Sometimes I get into such a good writing rhythm. Day after day, I go to my writing desk, the words and pages flow, and I get that draft done.
Oh, the good old days.
In more recent days, I’ve felt like two of the middle Von Trapp sisters in the Sound of Music, gracefully running away from my work in progress. I flit. I float. I fleetly flee. I fly. So long, farewell, novel. I simply have to get away from you and go to bed.
But I want to finish that novel, and I will finish it, and in order to do that, I have to keep coming back to the point. A reminder I got when a week ago, my little sister came to visit.
Before she arrived, I had been having one of those weeks, well maybe one of those months. Illness, angst, squabbles, facing hard truths, relationship muck, feeling stuck and off-kilter. Basically, I lost my joy. Who else is glad January is over?
The good news is that my sister’s visit got me unstuck and on-kilter again.
Although we’re different women who have taken our lives in different directions, I love the ways we connect and intersect, how I can laugh harder and deeper with her than many people in my life, and how she reminds me of where I come from.
This made me think of stories, and how when we get off track, we need precisely that kind of reminder. How that reminder can balance us when we float up into distraction as well as when we plunge into the dirt and get stuck.
Conveniently enough, during her visit, my sister and I rode a seesaw.
I love this picture of us seesawing after a winter picnic in the park, especially that the sun seems to be giving me an extra magic light-jolt. Who couldn’t use one of those?
Of course, like most people, I don’t always want to be reminded of earlier versions of myself—the awkwardness, the righteous indignation, the fear, the overcompensating. Often, we deliberately choose to come from somewhere other than those less-than-awesome places we started. That’s a good thing. It’s called growing up.
At the same time, remembering where we come from, at the deepest level, can be so edifying. With my sister, I remembered the self who ground up Necco Wafers in water and made Pony Juice for a stable full of My Little Ponies, who stayed up late playing 20 questions, who got lost in books, who enjoyed cheesy movie marathons and eating Rice Krispie treats right out of the pan, who designed custom holiday cards complete with original poetry for people I loved—a wildly creative, fun-loving, curious, big-hearted creature. Those are all points and sources I can get behind, and remembering them balanced me. They also gave me back my joy.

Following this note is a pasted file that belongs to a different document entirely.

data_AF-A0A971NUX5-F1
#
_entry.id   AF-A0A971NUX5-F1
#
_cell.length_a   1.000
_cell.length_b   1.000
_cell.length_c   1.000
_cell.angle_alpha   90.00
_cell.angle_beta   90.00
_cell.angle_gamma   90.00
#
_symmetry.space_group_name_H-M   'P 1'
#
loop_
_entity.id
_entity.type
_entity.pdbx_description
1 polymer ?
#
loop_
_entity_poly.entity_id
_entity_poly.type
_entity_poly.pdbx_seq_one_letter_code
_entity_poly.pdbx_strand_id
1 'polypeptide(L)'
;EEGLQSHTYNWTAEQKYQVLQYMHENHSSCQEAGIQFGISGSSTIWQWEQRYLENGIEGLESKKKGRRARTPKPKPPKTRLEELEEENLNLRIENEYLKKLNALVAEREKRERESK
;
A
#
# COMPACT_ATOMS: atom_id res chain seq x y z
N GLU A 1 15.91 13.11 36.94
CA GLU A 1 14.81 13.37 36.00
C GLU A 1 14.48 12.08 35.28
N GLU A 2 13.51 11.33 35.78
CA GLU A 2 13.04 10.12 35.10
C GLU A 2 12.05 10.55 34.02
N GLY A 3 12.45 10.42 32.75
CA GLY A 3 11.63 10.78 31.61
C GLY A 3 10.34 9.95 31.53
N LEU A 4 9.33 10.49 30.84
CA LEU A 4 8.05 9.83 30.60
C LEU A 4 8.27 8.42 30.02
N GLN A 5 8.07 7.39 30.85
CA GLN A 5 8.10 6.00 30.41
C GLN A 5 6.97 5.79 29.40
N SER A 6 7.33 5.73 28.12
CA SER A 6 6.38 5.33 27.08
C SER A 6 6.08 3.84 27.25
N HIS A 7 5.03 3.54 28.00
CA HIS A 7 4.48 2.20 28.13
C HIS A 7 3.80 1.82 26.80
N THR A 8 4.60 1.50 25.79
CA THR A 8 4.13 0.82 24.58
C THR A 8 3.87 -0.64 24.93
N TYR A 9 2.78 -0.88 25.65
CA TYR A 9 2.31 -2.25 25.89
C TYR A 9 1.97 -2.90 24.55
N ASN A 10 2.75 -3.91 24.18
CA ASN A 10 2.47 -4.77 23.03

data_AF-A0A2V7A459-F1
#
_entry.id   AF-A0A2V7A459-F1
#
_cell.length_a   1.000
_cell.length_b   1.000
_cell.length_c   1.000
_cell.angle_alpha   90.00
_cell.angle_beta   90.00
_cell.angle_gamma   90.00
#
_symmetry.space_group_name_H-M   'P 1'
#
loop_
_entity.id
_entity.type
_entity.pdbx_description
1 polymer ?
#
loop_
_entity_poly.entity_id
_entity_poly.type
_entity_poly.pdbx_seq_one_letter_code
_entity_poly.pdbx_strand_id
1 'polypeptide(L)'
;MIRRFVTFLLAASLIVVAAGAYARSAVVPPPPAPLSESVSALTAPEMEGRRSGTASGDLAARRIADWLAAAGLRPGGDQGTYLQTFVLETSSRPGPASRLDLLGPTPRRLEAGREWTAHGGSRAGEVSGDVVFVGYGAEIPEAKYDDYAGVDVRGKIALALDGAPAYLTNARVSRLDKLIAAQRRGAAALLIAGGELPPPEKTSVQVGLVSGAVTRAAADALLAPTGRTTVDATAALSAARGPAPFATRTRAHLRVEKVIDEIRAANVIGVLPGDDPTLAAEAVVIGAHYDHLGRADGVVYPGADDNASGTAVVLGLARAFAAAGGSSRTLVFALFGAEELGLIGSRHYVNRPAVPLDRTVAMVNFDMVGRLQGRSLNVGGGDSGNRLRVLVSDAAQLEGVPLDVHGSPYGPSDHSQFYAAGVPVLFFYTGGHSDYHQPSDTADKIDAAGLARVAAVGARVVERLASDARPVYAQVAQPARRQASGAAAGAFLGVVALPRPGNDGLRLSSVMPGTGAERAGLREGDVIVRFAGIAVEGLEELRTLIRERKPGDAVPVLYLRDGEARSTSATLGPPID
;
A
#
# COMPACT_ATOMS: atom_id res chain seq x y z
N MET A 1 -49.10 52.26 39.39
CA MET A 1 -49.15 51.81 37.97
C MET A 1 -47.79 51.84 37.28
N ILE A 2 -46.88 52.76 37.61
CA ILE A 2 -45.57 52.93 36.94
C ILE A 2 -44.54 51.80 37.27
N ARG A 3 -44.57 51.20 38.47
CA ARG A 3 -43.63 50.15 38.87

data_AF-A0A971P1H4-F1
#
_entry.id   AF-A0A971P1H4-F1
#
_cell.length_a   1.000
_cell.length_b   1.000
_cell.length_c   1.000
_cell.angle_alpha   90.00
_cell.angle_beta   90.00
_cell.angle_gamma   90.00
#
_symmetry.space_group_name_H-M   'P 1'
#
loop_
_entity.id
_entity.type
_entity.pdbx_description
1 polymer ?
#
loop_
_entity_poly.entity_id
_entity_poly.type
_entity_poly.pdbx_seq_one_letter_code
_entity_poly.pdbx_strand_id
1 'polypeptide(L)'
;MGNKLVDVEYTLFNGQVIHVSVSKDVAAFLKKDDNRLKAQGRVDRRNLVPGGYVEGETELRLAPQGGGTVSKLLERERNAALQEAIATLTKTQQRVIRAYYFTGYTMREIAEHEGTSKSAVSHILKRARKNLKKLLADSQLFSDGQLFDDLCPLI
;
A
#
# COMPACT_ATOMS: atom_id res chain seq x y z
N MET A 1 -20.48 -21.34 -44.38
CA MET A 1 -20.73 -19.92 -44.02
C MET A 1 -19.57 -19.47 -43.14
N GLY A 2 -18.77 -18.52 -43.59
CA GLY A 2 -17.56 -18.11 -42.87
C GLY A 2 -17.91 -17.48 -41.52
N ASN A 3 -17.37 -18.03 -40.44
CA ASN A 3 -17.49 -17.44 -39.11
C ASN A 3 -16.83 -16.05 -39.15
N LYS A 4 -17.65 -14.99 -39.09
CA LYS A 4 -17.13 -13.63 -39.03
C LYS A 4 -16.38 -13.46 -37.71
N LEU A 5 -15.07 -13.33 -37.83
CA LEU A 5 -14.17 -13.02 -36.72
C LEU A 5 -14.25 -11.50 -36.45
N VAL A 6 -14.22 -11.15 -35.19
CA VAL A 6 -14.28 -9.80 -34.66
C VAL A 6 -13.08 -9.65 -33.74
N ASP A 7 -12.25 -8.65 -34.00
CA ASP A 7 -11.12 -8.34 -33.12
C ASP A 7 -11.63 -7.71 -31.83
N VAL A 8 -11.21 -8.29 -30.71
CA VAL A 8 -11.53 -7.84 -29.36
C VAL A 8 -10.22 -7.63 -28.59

Same goes for my current novel. Just this past weekend, I asked myself why I got into this mess in the first place.
And I remembered. It’s about magic and freedom and taking flight. Oh yeah.
Guess what happened next? I started writing again. And I liked it. Hallelujah!
If you, too are flitting and floating and fleetly fleeing your current project, if you crave your own Hallelujah, why not take a moment to come back to the point?
- Why did I start writing this in the first place?
- Why does it matter?
- What’s at the heart of this work?
- Is this work for the sake of someone or something? Who or what?
Let your answer come—in writing, in collage, in some other form of art
If for some reason, the answer feels muddled or hazy or shaky, that’s helpful information, too. Now’s your opportunity to uncover that point and course-correct.
Once you identify the point, post it somewhere on or near your writing desk. Let it edify you and lead you back to the pen, the desk, this story that matters.
Let your point sit across from you on the seesaw and keep you steady, and please, above all, enjoy the ride.
Thank you so much for reading. You might notice that I don’t have a space for comments, but I’m certainly open to conversation about what’s written here. If you’re so inspired, feel free to start a conversation with me via the contact form on the homepage of this site.
Like What You See?
Sign up to get the monthly inspirational love letter as well as my FREE program,
"5 Simple Moves to Free the Stuck Writer."